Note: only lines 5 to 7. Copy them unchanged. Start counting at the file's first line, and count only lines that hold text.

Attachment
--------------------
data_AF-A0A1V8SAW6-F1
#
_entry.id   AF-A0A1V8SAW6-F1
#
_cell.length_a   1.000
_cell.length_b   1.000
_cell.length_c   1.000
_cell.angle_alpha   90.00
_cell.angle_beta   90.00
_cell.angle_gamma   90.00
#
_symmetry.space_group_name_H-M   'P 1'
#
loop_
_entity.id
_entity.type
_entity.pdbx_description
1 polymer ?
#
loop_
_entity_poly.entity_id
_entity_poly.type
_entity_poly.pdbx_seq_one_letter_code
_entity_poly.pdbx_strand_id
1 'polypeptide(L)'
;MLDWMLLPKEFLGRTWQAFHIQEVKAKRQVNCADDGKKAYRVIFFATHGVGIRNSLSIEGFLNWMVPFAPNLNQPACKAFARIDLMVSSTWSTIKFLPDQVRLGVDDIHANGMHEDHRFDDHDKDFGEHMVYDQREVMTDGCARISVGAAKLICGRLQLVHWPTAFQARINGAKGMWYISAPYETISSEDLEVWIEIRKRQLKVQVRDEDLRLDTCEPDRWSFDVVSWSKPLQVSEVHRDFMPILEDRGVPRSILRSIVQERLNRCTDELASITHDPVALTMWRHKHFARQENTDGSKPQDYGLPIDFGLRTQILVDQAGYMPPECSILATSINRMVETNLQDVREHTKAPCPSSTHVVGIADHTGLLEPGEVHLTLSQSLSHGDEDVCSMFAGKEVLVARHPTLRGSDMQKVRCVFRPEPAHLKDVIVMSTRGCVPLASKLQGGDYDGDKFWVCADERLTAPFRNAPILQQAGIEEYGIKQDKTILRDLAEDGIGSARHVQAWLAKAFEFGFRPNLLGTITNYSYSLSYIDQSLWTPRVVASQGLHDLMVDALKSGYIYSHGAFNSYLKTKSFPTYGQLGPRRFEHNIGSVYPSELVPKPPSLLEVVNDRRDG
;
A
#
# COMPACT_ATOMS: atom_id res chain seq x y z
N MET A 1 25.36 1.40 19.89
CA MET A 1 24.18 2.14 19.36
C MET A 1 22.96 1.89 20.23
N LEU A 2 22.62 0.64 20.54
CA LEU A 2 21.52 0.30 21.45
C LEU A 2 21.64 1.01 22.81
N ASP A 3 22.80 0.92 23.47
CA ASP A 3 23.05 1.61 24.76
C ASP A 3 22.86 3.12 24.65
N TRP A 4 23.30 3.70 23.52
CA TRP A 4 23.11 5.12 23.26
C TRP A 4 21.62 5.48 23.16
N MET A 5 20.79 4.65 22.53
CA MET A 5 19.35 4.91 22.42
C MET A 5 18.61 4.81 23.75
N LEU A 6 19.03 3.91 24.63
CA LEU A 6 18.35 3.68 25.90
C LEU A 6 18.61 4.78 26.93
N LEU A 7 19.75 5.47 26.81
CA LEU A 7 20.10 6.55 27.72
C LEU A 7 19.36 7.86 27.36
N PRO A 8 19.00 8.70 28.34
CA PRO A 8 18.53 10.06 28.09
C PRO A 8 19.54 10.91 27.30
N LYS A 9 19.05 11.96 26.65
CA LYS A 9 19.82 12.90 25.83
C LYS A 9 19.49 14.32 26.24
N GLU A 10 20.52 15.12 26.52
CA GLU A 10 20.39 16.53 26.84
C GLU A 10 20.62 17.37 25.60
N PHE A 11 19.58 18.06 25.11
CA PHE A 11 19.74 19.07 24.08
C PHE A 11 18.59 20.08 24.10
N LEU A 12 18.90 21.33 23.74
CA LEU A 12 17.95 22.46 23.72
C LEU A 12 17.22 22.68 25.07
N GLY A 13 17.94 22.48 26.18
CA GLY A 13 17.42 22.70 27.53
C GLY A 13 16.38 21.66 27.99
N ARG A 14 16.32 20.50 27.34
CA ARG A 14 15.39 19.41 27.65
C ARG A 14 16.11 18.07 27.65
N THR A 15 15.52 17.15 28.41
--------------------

_cell.length_a   1.000
_cell.length_b   1.000
_cell.length_c   1.000